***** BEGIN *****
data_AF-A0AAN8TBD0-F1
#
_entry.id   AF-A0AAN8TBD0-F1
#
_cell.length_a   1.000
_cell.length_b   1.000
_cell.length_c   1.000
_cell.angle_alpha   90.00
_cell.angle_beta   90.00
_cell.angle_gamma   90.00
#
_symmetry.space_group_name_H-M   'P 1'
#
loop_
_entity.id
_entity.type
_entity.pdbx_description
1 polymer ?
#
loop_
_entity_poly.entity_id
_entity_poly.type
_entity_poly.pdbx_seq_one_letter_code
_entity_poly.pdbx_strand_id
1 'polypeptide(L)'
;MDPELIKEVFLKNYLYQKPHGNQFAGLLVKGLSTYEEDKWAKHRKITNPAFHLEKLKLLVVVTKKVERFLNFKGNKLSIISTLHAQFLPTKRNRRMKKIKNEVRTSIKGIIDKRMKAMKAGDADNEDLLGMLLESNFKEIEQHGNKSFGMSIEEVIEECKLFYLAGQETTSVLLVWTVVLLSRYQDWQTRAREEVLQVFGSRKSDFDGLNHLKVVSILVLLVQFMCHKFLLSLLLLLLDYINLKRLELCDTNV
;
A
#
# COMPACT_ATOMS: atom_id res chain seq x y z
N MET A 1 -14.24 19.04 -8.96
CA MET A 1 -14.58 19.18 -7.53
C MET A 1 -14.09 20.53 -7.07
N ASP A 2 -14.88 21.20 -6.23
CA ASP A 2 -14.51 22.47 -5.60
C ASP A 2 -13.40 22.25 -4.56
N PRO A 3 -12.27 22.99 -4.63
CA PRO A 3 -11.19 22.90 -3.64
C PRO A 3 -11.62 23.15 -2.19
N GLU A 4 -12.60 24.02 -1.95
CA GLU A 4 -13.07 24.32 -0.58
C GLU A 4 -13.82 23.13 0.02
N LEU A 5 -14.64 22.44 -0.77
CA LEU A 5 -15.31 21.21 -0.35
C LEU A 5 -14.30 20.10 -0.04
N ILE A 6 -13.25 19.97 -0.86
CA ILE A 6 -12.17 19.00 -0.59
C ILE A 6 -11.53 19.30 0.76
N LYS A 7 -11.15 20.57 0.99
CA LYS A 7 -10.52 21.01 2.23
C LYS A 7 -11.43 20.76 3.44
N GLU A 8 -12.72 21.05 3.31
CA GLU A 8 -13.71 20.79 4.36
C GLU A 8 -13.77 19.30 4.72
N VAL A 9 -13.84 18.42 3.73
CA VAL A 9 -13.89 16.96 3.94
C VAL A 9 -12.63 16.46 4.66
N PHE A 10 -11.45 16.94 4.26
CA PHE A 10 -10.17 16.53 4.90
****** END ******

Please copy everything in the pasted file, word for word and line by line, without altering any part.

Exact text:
data_AF-A0AAN8TBD0-F1
#
_entry.id   AF-A0AAN8TBD0-F1
#
_cell.length_a   1.000
_cell.length_b   1.000
_cell.length_c   1.000
_cell.angle_alpha   90.00
_cell.angle_beta   90.00
_cell.angle_gamma   90.00
#
_symmetry.space_group_name_H-M   'P 1'
#
loop_
_entity.id
_entity.type
_entity.pdbx_description
1 polymer ?
#
loop_
_entity_poly.entity_id
_entity_poly.type
_entity_poly.pdbx_seq_one_letter_code
_entity_poly.pdbx_strand_id
1 'polypeptide(L)'
;MDPELIKEVFLKNYLYQKPHGNQFAGLLVKGLSTYEEDKWAKHRKITNPAFHLEKLKLLVVVTKKVERFLNFKGNKLSIISTLHAQFLPTKRNRRMKKIKNEVRTSIKGIIDKRMKAMKAGDADNEDLLGMLLESNFKEIEQHGNKSFGMSIEEVIEECKLFYLAGQETTSVLLVWTVVLLSRYQDWQTRAREEVLQVFGSRKSDFDGLNHLKVVSILVLLVQFMCHKFLLSLLLLLLDYINLKRLELCDTNV
;
A
#
# COMPACT_ATOMS: atom_id res chain seq x y z
N MET A 1 -14.24 19.04 -8.96
CA MET A 1 -14.58 19.18 -7.53
C MET A 1 -14.09 20.53 -7.07
N ASP A 2 -14.88 21.20 -6.23
CA ASP A 2 -14.51 22.47 -5.60
C ASP A 2 -13.40 22.25 -4.56
N PRO A 3 -12.27 22.99 -4.63
CA PRO A 3 -11.19 22.90 -3.64
C PRO A 3 -11.62 23.15 -2.19
N GLU A 4 -12.60 24.02 -1.95
CA GLU A 4 -13.07 24.32 -0.58
C GLU A 4 -13.82 23.13 0.02
N LEU A 5 -14.64 22.44 -0.77
CA LEU A 5 -15.31 21.21 -0.35
C LEU A 5 -14.30 20.10 -0.04
N ILE A 6 -13.25 19.97 -0.86
CA ILE A 6 -12.17 19.00 -0.59
C ILE A 6 -11.53 19.30 0.76
N LYS A 7 -11.15 20.57 0.99
CA LYS A 7 -10.52 21.01 2.23
C LYS A 7 -11.43 20.76 3.44
N GLU A 8 -12.72 21.05 3.31
CA GLU A 8 -13.71 20.79 4.36
C GLU A 8 -13.77 19.30 4.72
N VAL A 9 -13.84 18.42 3.73
CA VAL A 9 -13.89 16.96 3.94
C VAL A 9 -12.63 16.46 4.66
N PHE A 10 -11.45 16.94 4.26
CA PHE A 10 -10.17 16.53 4.90